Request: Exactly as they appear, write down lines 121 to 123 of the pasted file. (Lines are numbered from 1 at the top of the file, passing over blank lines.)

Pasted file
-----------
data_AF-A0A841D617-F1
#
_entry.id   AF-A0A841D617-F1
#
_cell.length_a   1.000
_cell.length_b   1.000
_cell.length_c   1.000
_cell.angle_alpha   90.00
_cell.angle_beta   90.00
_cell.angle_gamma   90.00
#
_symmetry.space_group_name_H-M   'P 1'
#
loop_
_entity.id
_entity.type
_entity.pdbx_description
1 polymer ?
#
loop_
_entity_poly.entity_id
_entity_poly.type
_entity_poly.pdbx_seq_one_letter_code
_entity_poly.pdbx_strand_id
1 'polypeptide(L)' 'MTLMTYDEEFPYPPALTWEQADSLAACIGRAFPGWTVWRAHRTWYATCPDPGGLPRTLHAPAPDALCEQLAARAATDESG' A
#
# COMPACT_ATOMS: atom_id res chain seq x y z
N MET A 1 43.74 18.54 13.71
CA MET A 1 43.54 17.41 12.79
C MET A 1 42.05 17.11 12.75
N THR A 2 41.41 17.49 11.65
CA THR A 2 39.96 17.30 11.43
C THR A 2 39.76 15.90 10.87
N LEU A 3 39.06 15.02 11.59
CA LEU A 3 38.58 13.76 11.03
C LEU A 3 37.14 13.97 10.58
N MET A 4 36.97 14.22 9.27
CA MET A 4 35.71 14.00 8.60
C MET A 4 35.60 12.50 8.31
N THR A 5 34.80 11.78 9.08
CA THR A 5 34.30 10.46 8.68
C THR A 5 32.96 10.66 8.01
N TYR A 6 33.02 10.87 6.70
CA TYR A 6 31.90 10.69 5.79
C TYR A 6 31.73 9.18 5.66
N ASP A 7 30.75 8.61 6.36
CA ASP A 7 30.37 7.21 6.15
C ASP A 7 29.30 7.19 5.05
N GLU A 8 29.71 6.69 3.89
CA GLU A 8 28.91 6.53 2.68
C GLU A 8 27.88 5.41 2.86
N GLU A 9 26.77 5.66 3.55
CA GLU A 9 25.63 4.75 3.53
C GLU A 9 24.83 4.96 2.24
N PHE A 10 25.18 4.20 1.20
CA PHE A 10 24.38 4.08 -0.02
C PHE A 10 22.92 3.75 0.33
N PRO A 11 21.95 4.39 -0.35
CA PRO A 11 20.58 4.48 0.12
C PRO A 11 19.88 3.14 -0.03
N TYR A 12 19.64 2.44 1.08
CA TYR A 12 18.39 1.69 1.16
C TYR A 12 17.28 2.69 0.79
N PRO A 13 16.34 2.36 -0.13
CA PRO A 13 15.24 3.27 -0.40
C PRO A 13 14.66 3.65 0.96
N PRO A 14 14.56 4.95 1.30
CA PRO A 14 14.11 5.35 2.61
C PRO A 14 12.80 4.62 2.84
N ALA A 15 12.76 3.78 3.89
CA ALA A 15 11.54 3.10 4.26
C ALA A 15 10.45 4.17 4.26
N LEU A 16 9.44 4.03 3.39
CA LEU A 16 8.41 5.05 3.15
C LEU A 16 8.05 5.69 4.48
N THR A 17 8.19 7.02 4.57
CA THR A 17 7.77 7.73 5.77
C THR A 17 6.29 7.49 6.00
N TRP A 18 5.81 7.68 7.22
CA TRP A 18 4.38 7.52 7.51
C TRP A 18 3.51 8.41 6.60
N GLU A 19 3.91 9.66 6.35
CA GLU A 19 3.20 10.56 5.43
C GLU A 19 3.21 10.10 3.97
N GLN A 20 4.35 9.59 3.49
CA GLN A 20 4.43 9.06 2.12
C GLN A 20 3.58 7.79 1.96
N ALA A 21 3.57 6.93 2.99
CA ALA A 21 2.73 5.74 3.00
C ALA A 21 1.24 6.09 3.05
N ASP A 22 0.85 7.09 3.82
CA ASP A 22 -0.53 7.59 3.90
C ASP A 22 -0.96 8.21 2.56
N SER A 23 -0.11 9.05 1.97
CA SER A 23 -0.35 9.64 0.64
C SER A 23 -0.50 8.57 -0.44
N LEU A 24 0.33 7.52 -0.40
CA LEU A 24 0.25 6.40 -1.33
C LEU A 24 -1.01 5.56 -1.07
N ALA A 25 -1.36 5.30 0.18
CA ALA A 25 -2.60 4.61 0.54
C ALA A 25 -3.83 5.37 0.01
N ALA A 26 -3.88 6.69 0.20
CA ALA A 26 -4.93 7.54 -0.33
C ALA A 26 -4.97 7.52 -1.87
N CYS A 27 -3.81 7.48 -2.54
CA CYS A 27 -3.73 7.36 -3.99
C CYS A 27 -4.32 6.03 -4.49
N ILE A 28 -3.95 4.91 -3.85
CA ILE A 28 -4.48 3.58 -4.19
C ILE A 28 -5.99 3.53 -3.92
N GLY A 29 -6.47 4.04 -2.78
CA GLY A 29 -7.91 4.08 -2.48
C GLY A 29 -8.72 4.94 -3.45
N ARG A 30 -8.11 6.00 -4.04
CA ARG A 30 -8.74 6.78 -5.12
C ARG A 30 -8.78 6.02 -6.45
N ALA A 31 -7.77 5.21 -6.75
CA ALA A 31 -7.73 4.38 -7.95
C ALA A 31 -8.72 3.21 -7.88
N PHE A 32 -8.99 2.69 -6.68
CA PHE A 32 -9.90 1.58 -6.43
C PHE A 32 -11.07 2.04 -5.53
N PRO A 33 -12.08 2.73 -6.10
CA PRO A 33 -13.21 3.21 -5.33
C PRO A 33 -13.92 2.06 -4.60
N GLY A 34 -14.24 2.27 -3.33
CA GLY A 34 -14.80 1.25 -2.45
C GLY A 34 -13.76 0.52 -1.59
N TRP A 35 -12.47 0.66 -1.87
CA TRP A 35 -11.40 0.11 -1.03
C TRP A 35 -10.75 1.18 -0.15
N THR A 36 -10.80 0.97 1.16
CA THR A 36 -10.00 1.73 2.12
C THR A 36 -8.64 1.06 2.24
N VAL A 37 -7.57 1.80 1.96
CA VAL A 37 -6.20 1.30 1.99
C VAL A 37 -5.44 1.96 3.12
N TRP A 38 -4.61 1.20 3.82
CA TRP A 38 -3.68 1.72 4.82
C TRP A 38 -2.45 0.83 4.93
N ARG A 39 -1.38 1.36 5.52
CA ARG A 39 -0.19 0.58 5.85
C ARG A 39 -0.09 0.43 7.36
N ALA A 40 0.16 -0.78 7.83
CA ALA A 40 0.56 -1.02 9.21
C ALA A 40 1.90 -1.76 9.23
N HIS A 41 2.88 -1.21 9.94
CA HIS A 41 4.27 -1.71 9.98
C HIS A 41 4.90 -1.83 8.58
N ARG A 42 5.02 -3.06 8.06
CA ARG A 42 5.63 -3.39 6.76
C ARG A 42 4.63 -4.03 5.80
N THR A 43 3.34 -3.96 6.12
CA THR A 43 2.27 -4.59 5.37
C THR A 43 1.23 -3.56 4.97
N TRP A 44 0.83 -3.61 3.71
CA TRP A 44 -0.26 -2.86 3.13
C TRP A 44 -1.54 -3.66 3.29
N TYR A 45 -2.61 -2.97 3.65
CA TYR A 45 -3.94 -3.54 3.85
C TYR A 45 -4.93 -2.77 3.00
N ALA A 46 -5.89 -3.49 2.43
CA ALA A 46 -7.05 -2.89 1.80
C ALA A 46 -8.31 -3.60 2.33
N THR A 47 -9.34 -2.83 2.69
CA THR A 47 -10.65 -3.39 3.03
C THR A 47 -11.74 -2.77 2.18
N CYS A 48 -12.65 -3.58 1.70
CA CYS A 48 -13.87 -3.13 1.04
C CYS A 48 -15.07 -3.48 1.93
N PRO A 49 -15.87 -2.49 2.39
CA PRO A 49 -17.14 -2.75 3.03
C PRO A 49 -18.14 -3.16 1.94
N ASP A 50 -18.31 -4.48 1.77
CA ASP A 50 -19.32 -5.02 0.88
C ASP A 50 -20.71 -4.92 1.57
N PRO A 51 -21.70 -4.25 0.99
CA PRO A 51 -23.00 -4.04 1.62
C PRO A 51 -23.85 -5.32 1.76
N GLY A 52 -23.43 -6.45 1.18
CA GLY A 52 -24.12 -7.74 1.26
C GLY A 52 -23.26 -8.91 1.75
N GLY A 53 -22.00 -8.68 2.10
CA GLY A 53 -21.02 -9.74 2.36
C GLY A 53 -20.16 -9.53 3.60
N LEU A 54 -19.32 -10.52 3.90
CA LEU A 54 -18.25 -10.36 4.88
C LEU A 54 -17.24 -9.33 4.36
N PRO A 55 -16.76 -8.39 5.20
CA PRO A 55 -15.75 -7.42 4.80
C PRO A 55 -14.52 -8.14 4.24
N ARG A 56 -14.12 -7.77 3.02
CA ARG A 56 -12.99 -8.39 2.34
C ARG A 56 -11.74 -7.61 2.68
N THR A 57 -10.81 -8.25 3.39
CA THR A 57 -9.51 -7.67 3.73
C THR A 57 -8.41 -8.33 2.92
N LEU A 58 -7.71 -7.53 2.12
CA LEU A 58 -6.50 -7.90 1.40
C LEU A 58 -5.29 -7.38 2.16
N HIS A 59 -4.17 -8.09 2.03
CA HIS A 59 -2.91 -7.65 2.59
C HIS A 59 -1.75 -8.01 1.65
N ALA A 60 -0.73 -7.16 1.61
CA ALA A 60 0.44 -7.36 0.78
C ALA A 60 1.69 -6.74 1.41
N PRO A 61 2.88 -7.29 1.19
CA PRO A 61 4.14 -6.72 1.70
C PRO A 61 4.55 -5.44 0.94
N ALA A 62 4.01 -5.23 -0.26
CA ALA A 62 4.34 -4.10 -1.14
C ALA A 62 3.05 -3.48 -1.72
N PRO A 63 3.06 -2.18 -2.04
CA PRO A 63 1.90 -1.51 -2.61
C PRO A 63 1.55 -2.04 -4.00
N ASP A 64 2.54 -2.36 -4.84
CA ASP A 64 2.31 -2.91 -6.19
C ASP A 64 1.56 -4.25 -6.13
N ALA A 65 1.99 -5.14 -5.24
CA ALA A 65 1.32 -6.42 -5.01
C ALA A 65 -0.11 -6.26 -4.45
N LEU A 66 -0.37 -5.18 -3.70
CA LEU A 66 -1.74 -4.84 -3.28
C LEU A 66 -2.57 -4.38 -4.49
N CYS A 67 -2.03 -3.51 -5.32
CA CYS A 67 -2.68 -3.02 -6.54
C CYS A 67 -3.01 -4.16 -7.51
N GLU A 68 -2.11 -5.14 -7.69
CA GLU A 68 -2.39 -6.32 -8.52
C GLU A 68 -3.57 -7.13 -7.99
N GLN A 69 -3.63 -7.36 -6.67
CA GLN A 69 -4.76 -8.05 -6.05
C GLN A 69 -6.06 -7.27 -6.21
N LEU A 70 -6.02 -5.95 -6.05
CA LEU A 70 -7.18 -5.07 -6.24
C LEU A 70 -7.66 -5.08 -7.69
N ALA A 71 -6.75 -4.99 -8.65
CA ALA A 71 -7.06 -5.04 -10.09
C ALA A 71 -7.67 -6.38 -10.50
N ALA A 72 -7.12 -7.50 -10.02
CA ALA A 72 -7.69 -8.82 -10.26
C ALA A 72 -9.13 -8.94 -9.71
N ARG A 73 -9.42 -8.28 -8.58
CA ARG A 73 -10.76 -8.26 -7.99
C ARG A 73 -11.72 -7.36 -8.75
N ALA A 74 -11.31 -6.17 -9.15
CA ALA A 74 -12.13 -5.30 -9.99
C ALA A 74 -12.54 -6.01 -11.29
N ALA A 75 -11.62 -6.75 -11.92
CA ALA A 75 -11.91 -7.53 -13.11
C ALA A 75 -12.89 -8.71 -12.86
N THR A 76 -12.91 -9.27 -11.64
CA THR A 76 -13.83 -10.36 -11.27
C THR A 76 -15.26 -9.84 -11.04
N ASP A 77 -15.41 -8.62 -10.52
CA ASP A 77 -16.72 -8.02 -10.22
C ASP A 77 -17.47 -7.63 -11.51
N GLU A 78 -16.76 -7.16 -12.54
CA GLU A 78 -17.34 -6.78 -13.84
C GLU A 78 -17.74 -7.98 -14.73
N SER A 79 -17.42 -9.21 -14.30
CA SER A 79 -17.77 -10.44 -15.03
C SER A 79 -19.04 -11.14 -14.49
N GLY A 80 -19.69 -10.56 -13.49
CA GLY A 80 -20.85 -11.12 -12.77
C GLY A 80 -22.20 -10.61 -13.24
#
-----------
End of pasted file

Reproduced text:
N PHE A 32 -8.99 2.69 -6.68
CA PHE A 32 -9.90 1.58 -6.43
C PHE A 32 -11.07 2.04 -5.53